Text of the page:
Queen of the Struggle

Queen of the Struggle

by Nik Korpon

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Overview

When freedom is brutally withheld, the people have no choice but to rise up, in this post-apocalyptic science fiction sequel to The Rebellion’s Last Traitor

Overthrowing the tyrannical Tathadann government should have been cause for celebration. But as Eitan City announces its independence, soldiers from the northern province of Vårgmannskjør storm the ceremony and annex the city. The cruelties of the Tathadann soon pale beside their new rulers' atrocities.
 
Henraek finds himself resettled in the north, in a city where the people seem happy and well…  until its labor camps and enslaved spirits come to light. The rebellion must begin anew, in Eitan City and throughout Vårgmannskjør, and now the stakes are higher than ever. 

File Under: Science Fiction

Product Details

ISBN-13: 9780857666598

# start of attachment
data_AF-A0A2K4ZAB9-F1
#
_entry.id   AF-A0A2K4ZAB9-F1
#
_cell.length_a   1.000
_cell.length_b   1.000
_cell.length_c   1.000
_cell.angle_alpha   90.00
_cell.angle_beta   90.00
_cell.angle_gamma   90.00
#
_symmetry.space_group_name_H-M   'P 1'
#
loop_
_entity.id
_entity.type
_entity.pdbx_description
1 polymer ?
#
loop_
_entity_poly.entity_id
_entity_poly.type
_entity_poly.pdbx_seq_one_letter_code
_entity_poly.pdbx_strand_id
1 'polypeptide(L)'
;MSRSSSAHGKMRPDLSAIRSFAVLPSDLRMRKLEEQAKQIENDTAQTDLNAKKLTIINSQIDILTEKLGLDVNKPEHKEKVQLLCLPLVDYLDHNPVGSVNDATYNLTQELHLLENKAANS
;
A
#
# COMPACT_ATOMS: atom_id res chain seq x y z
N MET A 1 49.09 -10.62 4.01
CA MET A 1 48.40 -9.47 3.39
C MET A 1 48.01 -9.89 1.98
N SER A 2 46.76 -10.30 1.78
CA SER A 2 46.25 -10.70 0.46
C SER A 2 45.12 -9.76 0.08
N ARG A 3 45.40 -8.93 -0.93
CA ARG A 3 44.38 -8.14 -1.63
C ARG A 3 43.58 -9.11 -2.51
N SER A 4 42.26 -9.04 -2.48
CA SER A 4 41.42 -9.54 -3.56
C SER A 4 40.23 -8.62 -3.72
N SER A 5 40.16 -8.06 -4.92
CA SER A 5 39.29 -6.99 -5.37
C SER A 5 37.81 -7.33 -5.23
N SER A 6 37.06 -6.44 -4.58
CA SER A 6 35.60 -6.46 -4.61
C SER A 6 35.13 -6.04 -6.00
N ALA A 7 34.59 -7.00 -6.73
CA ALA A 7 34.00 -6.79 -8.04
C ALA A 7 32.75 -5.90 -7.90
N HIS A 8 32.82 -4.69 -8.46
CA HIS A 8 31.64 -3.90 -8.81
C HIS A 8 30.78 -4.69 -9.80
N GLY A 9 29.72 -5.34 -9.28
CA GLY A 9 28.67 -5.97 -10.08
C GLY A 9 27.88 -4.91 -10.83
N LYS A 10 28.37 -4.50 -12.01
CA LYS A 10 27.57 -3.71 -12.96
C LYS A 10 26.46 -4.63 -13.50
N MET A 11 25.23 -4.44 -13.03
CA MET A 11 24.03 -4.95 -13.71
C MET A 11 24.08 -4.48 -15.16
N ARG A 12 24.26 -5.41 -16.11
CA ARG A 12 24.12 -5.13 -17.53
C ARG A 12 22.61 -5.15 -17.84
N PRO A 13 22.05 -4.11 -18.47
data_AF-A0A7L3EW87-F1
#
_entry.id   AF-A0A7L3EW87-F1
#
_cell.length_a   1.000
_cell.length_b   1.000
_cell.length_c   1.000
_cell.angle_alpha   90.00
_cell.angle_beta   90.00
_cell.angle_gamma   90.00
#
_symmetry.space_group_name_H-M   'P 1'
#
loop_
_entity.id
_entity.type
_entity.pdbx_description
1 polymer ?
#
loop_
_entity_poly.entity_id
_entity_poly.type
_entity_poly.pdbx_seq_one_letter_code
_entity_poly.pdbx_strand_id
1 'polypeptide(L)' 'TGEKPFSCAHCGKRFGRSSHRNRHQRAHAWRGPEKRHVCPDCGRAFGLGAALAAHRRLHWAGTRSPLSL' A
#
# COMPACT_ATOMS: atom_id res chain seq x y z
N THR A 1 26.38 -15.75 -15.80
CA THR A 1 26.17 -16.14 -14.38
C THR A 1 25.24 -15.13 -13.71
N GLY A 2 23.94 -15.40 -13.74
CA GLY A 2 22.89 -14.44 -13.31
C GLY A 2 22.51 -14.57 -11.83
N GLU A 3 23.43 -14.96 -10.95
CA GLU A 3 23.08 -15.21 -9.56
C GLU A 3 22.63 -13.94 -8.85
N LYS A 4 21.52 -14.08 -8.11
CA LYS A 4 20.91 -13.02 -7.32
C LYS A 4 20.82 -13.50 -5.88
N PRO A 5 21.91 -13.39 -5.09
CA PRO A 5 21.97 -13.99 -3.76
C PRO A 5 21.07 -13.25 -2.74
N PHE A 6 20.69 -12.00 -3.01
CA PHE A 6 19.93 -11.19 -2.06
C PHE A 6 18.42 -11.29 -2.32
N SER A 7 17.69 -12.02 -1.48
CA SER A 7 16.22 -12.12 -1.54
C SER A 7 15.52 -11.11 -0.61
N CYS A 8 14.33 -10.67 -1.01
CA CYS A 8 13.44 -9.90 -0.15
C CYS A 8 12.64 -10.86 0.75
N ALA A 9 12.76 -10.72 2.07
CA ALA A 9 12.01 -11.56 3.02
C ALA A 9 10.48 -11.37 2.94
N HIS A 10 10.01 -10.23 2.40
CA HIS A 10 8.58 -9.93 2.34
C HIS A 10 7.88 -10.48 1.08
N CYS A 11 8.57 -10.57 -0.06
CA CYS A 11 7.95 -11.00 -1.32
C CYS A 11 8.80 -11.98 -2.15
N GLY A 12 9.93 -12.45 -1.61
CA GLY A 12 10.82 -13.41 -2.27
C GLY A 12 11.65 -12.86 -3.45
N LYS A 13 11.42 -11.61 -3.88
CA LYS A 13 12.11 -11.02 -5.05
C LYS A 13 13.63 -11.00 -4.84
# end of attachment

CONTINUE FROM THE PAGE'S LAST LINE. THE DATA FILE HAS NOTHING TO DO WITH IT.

Publisher: Watkins Media
Publication date: 03/06/2018
Series: Memory Thief , #2
Pages: 320
Sales rank: 1,322,423
Product dimensions: 4.10(w) x 6.80(h) x 1.10(d)

About the Author

NIK KORPON is the author of several books, including The Soul Standard and Stay God, Sweet Angel. He lives in Baltimore with his wife and two children.
 
nikkorpon.com twitter.com/nikkorpon

Author hometown: Baltimore MD, USA

Read an Excerpt

CHAPTER 1

HENRAEK

They took their time dying.

After the water distribution center collapsed, before the flames of the Gallery were even smoldering, the Tathadann declared Eitan under riot law, allowing their troops to use any force necessary – including lethal – to subdue the rebels. It should have been a death knell for us. It should have crushed the nascent uprising. It should have set the streets of Eitan City awash in blood. And it did.

But not with our blood.

Citizens of all ages, colors, races, abilities, we armed ourselves with pistols, knives, rocks, rebar, pieces of wood. Everyone drew on anything within their means and ability to strike a blow against the Tathadann and reclaim the city as our own. The Tathadann's soldiers were massively outnumbered, yet we were just as massively outgunned. Still, although technology and armaments gave them a tactical advantage, there was nothing they could use to compensate for our heart.